Tuesday, November 10, 2020

$15 - $25 Trillion? The True Wild-Assed Guess Cost Of Transitioning To Renewables

oilprice |  This is the amount of money to be invested in new power capacity globally over the next three decades. Most of this—80 percent—will be poured into renewables. This certainly makes the energy transition far from cheap, but no one—at least no one reputable—ever said going green would be cheap. Yet the amount of investments to be directed towards expanding wind, solar, and associated systems will not be the only costs to be borne during the transition. There may well be steep environmental costs as well.

BloombergnNEF, which conducted the analysis that resulted in the investment estimate for the next 30 years in energy, also said that between 2020 and 2050, another $14 trillion will be invested in the grid, likely to adapt it for a surge in solar and renewable power deployments, which, according to the analysis, will constitute 56 percent of total global generation capacity by 2050. And it will have spurred a mini golden age in mining.

Wind power, like solar power, requires a lot of metals and other minerals to produce essential components for the installations. Therefore, as the demand for wind turbines and blades jumps, so will the demand for the metals they are made of. It’s the same with the metals and minerals necessary for the production of a solar panel.

Here’s just one example that could perhaps illustrate the trend: according to a 2017 report by the World Bank, demand for silver could soar from the then-current 24,000 tons annually to more than 400,000 tons. And that’s under a best-case scenario that features a greater penetration of silver-free thin-film PV panels in the energy mix, at the expense of crystalline silicon panels that use silver. Under a worst-case scenario, demand for silver could top 700,000 tons.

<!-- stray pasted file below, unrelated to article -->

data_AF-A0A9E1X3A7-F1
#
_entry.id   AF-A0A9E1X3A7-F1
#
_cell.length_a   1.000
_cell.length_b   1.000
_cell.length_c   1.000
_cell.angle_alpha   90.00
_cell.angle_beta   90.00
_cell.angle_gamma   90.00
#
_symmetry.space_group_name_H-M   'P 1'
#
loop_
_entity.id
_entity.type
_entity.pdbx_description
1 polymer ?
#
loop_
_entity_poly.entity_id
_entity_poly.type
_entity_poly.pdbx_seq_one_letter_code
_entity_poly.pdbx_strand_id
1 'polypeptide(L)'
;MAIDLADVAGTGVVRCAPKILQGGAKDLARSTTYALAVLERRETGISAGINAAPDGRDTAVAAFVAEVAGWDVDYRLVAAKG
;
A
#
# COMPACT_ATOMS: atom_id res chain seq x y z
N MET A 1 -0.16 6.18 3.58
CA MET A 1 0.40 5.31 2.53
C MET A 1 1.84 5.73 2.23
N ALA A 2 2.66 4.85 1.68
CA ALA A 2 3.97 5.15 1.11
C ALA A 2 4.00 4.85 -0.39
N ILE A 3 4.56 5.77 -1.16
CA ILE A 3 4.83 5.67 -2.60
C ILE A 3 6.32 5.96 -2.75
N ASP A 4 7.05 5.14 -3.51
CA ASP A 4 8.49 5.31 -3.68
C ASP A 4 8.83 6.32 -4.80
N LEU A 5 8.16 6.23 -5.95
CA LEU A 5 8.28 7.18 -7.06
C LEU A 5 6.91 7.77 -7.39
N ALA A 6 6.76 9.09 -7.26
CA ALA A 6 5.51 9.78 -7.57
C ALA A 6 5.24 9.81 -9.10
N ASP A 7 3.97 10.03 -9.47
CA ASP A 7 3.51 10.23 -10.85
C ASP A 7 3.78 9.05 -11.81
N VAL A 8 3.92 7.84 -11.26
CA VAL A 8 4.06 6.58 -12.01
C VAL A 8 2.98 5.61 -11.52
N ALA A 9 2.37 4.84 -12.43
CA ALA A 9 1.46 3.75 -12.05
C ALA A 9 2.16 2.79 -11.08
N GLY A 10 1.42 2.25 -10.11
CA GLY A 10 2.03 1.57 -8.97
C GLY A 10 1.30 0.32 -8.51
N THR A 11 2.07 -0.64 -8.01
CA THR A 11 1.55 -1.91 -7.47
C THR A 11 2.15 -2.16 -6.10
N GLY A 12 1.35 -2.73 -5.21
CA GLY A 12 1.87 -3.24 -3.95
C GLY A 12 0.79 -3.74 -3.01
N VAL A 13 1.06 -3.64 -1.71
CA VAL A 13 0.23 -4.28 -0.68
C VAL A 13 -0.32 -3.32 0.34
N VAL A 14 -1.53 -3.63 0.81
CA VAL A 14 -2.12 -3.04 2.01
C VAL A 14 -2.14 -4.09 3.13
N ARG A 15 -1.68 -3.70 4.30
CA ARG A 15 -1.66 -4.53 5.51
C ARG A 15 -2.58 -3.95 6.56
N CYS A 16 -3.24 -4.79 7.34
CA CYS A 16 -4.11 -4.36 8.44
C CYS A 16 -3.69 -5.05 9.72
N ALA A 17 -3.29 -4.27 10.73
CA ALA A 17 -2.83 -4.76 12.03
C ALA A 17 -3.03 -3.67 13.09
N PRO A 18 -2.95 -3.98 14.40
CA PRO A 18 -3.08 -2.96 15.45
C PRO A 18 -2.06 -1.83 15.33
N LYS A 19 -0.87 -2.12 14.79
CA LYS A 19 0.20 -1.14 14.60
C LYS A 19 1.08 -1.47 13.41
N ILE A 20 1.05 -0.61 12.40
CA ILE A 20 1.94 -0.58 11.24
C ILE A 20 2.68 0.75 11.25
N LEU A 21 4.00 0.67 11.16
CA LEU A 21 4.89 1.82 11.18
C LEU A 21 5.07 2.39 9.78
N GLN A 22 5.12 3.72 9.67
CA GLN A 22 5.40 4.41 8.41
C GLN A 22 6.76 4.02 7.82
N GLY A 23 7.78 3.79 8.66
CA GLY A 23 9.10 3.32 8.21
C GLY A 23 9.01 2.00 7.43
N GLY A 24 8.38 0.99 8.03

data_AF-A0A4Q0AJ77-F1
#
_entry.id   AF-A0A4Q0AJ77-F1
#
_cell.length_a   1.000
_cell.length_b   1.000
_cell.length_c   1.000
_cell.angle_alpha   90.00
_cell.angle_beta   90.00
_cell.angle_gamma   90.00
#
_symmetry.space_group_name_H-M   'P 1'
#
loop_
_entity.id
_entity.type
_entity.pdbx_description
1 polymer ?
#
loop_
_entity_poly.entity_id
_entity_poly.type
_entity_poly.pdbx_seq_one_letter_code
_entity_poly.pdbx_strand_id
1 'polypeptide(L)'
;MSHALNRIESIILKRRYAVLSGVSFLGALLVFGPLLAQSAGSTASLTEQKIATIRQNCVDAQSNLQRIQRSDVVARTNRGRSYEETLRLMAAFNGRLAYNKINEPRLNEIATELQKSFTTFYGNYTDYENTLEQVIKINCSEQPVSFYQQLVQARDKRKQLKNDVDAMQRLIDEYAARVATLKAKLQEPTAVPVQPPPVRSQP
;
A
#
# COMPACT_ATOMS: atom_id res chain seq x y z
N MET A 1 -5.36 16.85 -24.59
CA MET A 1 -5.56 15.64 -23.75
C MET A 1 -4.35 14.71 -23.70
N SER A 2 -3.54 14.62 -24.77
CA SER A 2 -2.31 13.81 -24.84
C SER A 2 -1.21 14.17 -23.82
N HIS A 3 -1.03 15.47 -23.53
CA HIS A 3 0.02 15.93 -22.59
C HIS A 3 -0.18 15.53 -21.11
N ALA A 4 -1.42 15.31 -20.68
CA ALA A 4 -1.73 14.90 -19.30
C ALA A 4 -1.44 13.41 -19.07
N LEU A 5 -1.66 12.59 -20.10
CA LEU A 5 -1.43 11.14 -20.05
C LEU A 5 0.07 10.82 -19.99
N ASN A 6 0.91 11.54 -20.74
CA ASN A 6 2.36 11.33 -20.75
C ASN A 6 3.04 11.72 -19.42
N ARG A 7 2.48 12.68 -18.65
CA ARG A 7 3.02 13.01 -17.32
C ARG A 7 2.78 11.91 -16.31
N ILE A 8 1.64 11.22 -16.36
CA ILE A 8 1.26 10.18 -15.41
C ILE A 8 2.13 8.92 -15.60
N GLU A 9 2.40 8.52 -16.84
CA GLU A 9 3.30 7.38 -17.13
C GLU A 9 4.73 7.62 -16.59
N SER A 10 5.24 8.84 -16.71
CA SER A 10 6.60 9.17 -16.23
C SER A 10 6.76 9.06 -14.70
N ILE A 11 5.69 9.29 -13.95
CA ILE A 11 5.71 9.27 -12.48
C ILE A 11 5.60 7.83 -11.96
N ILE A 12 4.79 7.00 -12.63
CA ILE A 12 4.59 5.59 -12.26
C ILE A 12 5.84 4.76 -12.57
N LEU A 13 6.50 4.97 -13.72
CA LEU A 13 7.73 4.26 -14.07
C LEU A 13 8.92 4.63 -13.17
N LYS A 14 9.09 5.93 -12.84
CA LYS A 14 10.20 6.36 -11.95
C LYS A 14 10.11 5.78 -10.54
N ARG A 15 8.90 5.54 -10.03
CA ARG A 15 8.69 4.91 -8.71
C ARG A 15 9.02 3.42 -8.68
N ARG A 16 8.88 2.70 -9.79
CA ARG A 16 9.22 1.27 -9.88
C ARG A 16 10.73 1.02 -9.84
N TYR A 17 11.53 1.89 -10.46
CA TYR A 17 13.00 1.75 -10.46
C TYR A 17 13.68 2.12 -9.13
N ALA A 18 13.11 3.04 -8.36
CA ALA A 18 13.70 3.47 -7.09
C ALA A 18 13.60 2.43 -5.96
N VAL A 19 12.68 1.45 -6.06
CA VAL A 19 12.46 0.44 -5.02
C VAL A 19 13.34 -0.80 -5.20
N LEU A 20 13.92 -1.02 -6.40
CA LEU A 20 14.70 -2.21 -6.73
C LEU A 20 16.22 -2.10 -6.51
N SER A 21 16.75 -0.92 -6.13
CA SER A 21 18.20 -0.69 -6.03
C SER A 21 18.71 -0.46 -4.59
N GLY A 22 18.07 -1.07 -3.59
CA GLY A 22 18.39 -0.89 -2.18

This is quite an increase that will require a major expansion in mining and mining is an energy-intensive, not particularly environmentally friendly way of getting finite resources out of the ground, as investor Sam Kovacs writes in an article for Seeking Alpha addressing the challenges of the energy transition from fossil fuels to renewables. Now add to silver a host of other metals used in renewable energy installations, and the mining expansion becomes even more substantial, adding economic, social, and environmental costs to the transition.

Then there is energy storage. Without it, the transition will simply not happen. In fact, some are questioning whether it could happen given the current stage of development of energy storage technology. Two years ago, an article by James Temple for the Massachusetts Technology Review questioned the viability of the energy transition precisely because of energy storage, which, Temple argued, was still prohibitively expensive in light of the scale, to which such storage would need to be developed.